Food Culture: What’s Wrong with Malthus
In his famed Essay on the Principle of Population (1798) Thomas Malthus asserted that human population generally expands in times and in regions of plenty. When it outgrows the primary resources, especially food, it spells trouble.
Malthus argued that two factors could hold population within the limits of resources. One is an actual reduction by death (he called it positive checks), caused by hunger, disease and war. The other (he calls it preventive) includes abortion, birth control, prostitution, postponement of marriage and celibacy.
In the interest of higher standard of living for all and economic stability - he argued – people, especially lower class, should strive to limit birth-rates by delaying marriage and restraining sexual activity. At some stage he considered the charity directed to the poor as harmful, because it would only increase the number of mouths without the means to feed them. So, in his logic, the death of starvation would prevent even more death from starvation.
While Malthus was addressing the valid issue of population growth, he oversimplified its mechanics. It seems to contradict intuition and his assertion, but the major factors of population growth include poverty, lack of education and unemployment. Other contributing factors are overall inequality, a system of production and distribution, land tenure, inheritance laws, taxation systems, demand for labour, and territorial expansion.
Small and simple societies tend to set into equilibrium where their territory typically holds many times more resources than their immediate, regular needs. They tend to maintain this territory through social arrangement that promote stability between the number of people in the population and the size of land. Going under or over this optimal population size would cause the loss of land to other groups or its division.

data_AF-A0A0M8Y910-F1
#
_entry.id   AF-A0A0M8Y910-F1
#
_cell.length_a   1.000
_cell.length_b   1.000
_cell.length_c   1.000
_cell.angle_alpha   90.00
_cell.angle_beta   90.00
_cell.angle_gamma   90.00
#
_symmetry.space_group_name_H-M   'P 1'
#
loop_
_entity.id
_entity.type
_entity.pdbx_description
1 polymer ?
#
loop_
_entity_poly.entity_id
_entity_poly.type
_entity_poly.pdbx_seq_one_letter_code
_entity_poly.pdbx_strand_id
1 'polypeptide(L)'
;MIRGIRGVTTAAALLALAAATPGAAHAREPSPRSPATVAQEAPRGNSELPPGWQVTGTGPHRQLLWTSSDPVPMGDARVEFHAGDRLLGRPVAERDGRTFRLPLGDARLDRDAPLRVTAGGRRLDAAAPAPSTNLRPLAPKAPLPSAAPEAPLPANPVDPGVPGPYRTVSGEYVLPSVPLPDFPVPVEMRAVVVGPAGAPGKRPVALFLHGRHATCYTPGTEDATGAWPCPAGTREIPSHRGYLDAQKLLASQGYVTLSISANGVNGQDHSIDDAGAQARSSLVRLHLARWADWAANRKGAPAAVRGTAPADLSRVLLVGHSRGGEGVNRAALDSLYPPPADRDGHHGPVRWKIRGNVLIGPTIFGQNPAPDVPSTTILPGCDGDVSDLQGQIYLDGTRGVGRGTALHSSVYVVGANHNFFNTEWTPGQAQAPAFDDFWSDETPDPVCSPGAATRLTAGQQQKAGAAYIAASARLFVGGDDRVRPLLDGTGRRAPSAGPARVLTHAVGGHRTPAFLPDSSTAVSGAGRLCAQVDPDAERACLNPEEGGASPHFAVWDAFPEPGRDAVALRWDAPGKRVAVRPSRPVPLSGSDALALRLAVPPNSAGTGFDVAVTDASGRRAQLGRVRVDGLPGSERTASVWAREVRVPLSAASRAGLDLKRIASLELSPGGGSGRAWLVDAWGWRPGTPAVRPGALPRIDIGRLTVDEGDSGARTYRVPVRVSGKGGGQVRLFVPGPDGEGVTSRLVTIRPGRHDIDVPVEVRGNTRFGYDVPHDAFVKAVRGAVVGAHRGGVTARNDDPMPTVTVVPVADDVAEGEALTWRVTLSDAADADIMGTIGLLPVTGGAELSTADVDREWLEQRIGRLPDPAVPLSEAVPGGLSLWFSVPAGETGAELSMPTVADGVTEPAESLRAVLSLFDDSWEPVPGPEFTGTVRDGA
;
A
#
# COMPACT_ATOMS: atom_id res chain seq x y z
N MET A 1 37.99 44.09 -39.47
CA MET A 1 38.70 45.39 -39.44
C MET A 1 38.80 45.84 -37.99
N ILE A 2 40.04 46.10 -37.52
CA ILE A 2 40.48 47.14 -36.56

It is a constant accumulation of wealth, initially via mass surplus of agricultural production, trade and manufacturing – approximating what we call economic growth – that forces inequality and poverty and which cause population to expand.
In the decades to come almost entire global population growth will occur in developing countries where poverty is not an exception but a norm. Developed countries, where food is plentiful, have practically achieved population stability (excluding immigration). According to the World Bank the average number of children per women in developed countries is between 1.4 (Spain, Italy, Japan, Austria) and about 1.9 (USA, Australia, Sweden). By contrast In Mali, Somalia and Congo - to name just a few - it is 6 or more.
Why does it matter what Thomas Malthus thought over two centuries ago? It does because his view influenced the Darwinian theory of evolution. It caused much stronger emphasis on competition as a driver of evolutionary process, and in some ways vindicated competition among humans as natural. In a nutshell Darwin and Wallace grafted Malthusian economic theory onto a central concept of nature’s work, opening a door to social Darwinism and some atrocious social policies of the 19th and 20th century.
It matters also because there is an urgent need to stabilise and control global increase of human population. And this can be done only in the context of understanding and evidence-based approach. We know that wars, starvation, inequality and depravation of basic living needs to a vast part of humanity are not workable or ethical solutions. We know that the obsession with constant growth of material wealth as religiously promoted by the orthodox economic theorists is a root cause of the population problem. It is time we part company with the Malthusian vision and stop using a trivialised evolutionary concept as a justification of our collective follies.
The problem of population growth is really complex on many levels, but the overall direction is clear – the best chance to stabilise and eventually reduce global population is to bring all humans to a standard of living where all essential needs are met.
This would encourage most of us to have fewer children and enable all parents to utterly support, educate and nurture precious offspring. A small family is more ‘natural’ to humans because a long period of learning and immaturity of children is part of our biological condition. The cultural condition for a small family is dependable living support, including land tenure, productive capacity and reliable employment. With a degree of control of our and our children’s destiny we humans tend to make a substantial investment in fewer children rather than scanty investment in many.